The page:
“I can’t see the animal welfare groups coming up to the VRD and helping feed all the cattle that are going to be in trouble over the next few months,” he said.
“So we have an issue of potential radical over-stocking, animals that haven’t been able to be exported with no commercial value in the south, and new calves arriving that creates not only an animal welfare disaster, but a rangeland and environmental disaster that will take years to get on top of?” Senator Back asked.
“Absolutely,” Patrick Underwood said. “It’s very difficult to bring country that has suffered severe degradation back into production quickly. It requires fencing-off from stock and locking-up for many years.”
Senator Fiona Nash asked whether the Underwoods supported the view that an appropriate funding mechanism to fund changes needed in Indonesia could be the foreign aid budget.
John Underwood said he thought the ideas he had heard during the hearing, including the foreign aid concept, were excellent.
Given his accountancy background, Patrick Underwood was asked by Sen Alex Gallagher what the breakeven price per kilogram on a Brahman steer was in the local region.
“It’s a year-by-year proposition, but I would say it is currently getting close to $2/kg,” he said.
Currently the local prices have dropped 50-60c/kg.
“Six weeks ago after our first mustering round we pulled of 1500 cows for sale, turned-off for a number of reasons, including lack of fertility and age. They were sold for two reasons. Firstly, it was part of our normal business plan and secondly, to make up for the fact that we could not put cattle on ships.”
"Processors simply don't want what we have"
“But for any northern Australian producer, it is a terrible experience to try to sell cattle to a southern Australian abattoir, because they simply don’t want what we have.”
“The processor ended up taking 800 of the 1500 cows available because of their size and condition. We have spent decades up here breeding a fertile Brahman animal that can walk long distances to feed and water. It’s a very frustrating argument for those people who simply suggest we should put them all on trucks to the meatworks – not to mention the $198/head freight from Katherine to Warrnambool meatworks in Victoria.”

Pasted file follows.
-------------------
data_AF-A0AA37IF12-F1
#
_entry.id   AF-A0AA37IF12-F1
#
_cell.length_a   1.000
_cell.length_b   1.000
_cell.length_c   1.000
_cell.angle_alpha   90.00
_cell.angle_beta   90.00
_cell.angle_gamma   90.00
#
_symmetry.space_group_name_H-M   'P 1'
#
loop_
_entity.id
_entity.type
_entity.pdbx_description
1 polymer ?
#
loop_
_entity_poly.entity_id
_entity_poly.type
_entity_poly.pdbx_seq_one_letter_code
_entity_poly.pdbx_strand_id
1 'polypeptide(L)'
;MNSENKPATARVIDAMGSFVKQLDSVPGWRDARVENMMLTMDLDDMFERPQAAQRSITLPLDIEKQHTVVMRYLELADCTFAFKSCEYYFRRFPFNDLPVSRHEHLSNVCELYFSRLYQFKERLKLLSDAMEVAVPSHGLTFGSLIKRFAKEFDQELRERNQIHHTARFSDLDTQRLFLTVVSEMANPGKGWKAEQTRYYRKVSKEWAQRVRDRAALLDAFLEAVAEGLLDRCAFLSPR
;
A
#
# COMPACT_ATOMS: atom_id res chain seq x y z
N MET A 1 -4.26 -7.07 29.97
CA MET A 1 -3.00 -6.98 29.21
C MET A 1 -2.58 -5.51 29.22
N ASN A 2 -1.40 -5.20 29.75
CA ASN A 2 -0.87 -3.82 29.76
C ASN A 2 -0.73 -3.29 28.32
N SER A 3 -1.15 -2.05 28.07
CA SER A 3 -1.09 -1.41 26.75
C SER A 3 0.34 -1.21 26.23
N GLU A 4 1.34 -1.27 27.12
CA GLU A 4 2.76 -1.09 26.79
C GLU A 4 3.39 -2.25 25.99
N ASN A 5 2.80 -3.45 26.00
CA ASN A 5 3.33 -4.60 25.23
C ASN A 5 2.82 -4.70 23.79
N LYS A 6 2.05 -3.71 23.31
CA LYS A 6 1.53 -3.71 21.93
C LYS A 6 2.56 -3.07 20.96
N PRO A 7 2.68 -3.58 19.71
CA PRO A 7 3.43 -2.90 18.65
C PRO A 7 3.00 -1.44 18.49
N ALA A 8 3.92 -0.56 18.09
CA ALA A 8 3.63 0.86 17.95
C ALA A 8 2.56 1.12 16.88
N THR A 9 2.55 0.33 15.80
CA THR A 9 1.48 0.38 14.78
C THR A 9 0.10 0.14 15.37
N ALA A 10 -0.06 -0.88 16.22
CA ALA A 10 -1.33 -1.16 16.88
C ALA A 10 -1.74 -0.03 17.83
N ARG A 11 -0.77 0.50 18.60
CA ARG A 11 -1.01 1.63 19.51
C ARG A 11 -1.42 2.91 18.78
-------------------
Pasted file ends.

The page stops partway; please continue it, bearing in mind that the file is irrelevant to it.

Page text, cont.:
The Underwoods had managed to contract some cattle for a small live export shipment later this month to the fringe market of Vietnam, and others into the Philippines, but at a big discount to former prices.
“But solutions have to be found early. If it is left too long, they become too weak to travel, anyway. It makes it imperative to re-open the trade as quickly as possible.”
Suspending the trade eight weeks ago did not stop Australian cattle being slaughtered in Indonesia, Mr Underwood said.
“There were 140,000 cattle on feed in Indonesia at the time of suspension of the trade, and there are still 40,000 cattle in feedlots now. There will be another 800 of those Australian cattle slaughtered tonight.”
In reality the closure was a publicity stunt by the Australian Government to placate certain interest groups.
“I have personally contacted seven Indonesian importers who are my friends and colleagues to apologise for the Australian Government’s decision,” he said.
“Both myself and my family, and they and their families, have done a terrific job to build a fundamentally sound and logical trade between our two countries,” Mr Underwood said.
MLA's 'incremental' approach sufficient?
Sen Rachel Stewart asked whether the Underwoods were satisfied with MLA’s ‘incremental’ approach to ‘ongoing animal welfare issues in live export over a period of time.’
“MLA has done all it could, with the resources it had. In hindsight, post-Four Corners, some might say it was possible to do more. But the important thing now is that there is an opportunity, both at a Government to Government level and an industry level to remedy the situation.
“After the Basateen animal cruelty footage aired in 2006, I took that tape to Indonesia and played it to every importer of Australian livestock, warning them that unless they worked with Australia, Indonesia would be next.”
That was the catalyst for some ‘really good work’ led by MLA, Mr Underwood claimed.
“It included the formation of an animal welfare task force, a stocktake of where Australian cattle were being slaughtered, and a commitment by the Australian Government for $375,000 for the installation of 50 restraining boxes. There was also a systematic approach of visiting abattoirs that Australian cattle were going to, and reviewing their facilities, including liairage, the use of restraining boxes, lighting and other issues.”
“Hence my disappointment and disgust to see Minister Ludwig state on national television that the Australian Government had no idea what was happening in Indonesia. There was no cruelty evident, as such in any of those visits, but it was a matter of this is the situation, there’s work to do, and this is how we are going to do it.”
“The Mark I restraining box was a move absolutely in the right direction because it allowed an animal to come into a closed box in an abattoir, and be properly restrained before slaughter.”